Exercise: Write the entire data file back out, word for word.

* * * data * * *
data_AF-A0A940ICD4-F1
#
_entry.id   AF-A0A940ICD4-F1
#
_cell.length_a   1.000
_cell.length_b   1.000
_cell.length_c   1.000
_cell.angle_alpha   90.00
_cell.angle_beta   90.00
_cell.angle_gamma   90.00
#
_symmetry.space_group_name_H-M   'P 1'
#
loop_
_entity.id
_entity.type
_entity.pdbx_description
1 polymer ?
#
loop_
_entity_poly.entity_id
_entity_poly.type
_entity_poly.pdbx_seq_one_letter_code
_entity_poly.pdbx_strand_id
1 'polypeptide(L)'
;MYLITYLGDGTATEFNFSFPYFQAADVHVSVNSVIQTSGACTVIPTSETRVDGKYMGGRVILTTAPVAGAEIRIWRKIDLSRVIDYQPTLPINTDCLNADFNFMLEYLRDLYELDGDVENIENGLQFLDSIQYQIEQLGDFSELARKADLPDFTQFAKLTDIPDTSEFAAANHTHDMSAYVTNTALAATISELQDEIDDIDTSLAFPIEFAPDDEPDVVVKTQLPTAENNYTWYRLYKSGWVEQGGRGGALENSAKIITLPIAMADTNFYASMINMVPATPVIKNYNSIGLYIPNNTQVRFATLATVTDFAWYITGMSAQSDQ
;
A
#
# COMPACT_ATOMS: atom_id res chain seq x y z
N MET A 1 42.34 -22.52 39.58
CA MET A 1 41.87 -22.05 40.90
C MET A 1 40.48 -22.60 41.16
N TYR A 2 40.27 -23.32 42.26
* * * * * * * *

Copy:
data_AF-A0A940ICD4-F1
#
_entry.id   AF-A0A940ICD4-F1
#
_cell.length_a   1.000
_cell.length_b   1.000
_cell.length_c   1.000
_cell.angle_alpha   90.00
_cell.angle_beta   90.00
_cell.angle_gamma   90.00
#
_symmetry.space_group_name_H-M   'P 1'
#
loop_
_entity.id
_entity.type
_entity.pdbx_description
1 polymer ?
#
loop_
_entity_poly.entity_id
_entity_poly.type
_entity_poly.pdbx_seq_one_letter_code
_entity_poly.pdbx_strand_id
1 'polypeptide(L)'
;MYLITYLGDGTATEFNFSFPYFQAADVHVSVNSVIQTSGACTVIPTSETRVDGKYMGGRVILTTAPVAGAEIRIWRKIDLSRVIDYQPTLPINTDCLNADFNFMLEYLRDLYELDGDVENIENGLQFLDSIQYQIEQLGDFSELARKADLPDFTQFAKLTDIPDTSEFAAANHTHDMSAYVTNTALAATISELQDEIDDIDTSLAFPIEFAPDDEPDVVVKTQLPTAENNYTWYRLYKSGWVEQGGRGGALENSAKIITLPIAMADTNFYASMINMVPATPVIKNYNSIGLYIPNNTQVRFATLATVTDFAWYITGMSAQSDQ
;
A
#
# COMPACT_ATOMS: atom_id res chain seq x y z
N MET A 1 42.34 -22.52 39.58
CA MET A 1 41.87 -22.05 40.90
C MET A 1 40.48 -22.60 41.16
N TYR A 2 40.27 -23.32 42.26